How people within a cultural setting think about and practice spirituality is interrelated. Statistically, the most significant relationship, by far, for cultivating spiritual belief and commitment is between parents and children. That’s always been true. However, there are reasons to believe that, in light of new data from the Institute for Family Studies, successfully passing faith from one generation to the next is more difficult than ever.
“Thinking with the end in mind” is necessary for any church, Christian school, or other Christian organization committed to discipleship. On most of our websites, we use language to communicate our commitment to discipleship, but how clear are we on what a disciple is? Do we have a clear enough vision of what a disciple looks like in order to contextualize and guide all of our programs, books, sermons, teaching series, small groups, and other discipleship tools that we so often employ?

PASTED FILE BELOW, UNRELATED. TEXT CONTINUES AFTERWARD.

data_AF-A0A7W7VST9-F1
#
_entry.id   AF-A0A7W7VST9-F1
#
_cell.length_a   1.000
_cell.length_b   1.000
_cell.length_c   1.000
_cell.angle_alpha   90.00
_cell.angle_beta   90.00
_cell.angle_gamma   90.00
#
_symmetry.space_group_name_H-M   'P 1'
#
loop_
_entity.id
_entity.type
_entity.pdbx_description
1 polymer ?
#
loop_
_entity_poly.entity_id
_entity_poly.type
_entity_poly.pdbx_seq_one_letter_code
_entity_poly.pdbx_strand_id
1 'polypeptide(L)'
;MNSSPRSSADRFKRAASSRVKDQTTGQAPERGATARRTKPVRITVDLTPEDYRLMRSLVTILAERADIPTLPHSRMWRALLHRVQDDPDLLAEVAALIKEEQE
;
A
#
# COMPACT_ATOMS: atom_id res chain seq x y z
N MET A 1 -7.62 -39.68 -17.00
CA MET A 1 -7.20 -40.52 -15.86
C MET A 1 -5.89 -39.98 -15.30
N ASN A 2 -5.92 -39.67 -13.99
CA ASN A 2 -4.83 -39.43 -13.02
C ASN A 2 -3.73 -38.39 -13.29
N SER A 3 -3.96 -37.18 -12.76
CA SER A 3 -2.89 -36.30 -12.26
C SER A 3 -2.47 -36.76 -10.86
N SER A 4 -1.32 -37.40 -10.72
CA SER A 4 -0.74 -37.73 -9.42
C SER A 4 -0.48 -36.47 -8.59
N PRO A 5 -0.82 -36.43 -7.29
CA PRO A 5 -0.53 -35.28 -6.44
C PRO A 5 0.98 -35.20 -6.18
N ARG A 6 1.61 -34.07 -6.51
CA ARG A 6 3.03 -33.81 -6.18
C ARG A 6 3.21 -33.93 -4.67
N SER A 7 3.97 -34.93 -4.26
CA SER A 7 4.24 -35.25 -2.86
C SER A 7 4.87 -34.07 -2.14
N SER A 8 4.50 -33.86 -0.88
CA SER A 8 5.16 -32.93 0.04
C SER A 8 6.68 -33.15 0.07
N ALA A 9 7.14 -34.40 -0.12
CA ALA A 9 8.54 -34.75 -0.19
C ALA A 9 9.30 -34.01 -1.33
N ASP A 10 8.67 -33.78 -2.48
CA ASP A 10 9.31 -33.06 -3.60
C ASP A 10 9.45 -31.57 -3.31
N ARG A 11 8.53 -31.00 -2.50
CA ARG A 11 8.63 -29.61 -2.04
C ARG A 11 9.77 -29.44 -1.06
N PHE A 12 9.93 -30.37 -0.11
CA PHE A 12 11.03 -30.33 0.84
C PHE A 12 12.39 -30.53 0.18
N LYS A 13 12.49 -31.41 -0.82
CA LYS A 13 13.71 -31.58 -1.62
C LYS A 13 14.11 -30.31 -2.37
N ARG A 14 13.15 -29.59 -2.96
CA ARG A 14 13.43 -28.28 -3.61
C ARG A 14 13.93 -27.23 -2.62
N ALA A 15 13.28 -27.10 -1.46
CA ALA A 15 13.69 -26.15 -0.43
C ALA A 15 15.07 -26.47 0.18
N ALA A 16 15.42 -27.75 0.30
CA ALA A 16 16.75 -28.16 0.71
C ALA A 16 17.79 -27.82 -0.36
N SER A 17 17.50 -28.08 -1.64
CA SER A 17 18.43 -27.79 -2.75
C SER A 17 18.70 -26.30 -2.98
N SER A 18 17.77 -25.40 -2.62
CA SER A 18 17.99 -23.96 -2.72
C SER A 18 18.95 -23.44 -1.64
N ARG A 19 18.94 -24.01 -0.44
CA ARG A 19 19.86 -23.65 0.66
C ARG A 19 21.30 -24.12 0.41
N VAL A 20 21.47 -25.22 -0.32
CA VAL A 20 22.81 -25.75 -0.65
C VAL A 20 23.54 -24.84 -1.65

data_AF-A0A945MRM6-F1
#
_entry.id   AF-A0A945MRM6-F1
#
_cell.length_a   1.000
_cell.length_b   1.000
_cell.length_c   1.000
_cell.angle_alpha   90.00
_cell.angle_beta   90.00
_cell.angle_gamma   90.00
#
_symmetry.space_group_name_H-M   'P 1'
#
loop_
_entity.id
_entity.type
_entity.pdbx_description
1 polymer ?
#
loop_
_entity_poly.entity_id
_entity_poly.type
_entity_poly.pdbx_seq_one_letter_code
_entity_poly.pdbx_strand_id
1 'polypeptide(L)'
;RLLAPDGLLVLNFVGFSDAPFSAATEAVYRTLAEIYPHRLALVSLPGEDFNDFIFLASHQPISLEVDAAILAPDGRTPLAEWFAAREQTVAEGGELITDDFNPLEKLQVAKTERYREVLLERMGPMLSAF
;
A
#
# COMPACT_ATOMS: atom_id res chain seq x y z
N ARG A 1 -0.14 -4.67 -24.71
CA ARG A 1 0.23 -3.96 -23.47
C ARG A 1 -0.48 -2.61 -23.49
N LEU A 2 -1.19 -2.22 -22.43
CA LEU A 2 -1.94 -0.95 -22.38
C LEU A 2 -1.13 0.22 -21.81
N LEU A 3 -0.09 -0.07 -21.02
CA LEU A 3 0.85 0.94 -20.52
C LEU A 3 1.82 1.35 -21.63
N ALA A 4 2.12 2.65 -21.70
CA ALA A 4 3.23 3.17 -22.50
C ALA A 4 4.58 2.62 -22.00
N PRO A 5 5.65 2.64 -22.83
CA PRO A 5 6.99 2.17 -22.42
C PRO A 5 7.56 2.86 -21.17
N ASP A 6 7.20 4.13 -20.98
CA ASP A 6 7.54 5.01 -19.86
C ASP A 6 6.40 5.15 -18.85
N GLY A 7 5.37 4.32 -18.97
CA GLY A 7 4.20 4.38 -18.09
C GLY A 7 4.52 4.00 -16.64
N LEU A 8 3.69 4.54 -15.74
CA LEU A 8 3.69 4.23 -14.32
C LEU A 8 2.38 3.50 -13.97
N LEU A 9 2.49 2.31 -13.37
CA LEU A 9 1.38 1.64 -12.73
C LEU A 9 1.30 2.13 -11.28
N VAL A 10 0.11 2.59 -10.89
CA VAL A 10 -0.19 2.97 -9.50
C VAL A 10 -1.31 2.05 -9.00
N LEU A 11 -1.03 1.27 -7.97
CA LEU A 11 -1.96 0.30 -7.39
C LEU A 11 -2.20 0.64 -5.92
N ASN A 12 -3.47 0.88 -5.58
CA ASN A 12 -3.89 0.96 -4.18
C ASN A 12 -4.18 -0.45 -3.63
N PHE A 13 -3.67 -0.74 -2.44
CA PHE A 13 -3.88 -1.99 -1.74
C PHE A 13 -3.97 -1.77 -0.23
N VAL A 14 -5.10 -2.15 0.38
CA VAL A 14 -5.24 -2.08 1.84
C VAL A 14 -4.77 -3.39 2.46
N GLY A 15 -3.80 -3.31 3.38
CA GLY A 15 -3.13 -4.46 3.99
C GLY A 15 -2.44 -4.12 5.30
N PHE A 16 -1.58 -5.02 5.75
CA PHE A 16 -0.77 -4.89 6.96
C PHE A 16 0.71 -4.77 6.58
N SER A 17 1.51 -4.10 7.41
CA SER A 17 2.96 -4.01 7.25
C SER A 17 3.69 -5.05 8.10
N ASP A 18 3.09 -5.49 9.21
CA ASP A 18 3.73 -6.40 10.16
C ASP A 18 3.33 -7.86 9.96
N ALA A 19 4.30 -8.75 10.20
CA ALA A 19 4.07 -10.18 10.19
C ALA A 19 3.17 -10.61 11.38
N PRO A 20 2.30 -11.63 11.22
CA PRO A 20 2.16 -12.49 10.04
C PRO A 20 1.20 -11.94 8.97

Two-time Grammy Award-nominated Christian rapper Brady “Phanatik” Goodwin recently confirmed the rumors that he is no longer a Christian. In a 24-minute video, the singer publicly renounced Christianity after years of harboring doubts about the faith.
This week we’ve been discussing redemptive ways Christians can relate to a culture that is, in New York Times columnist David Brooks’ assessment, “falling apart at the seams.” As we have explored ways we can share with our fellow sinners the good news of God’s grace, we have focused on the urgency of compassion. Today let’s discuss the compassion of urgency.
To put it bluntly, the Bible is not anti-science. Rather, the Bible explains why science works. And, every once in a while, the Bible offers an insight that sheds further light on an unsolved question of science. That seems to be the case with the Assyrian destruction of Lachish, an event recorded in the book of Kings. The accurate Biblical accounting of this event has provided scientists with a reliable anchor from which to better answer two tricky dilemmas: one having to do with geophysics and the other with archeology.
God has a long history of working inside prisons. The very first book of the Bible describes how God granted Joseph favor with a prison warden, something that eventually led to the saving of his family, the saving of Egypt, and the preservation of God’s promises to establish the nation of Israel. The book of Acts gives several accounts of God working in prisons. And, Jesus Himself said that those who visit and care for prisoners are actually visiting and caring for Him.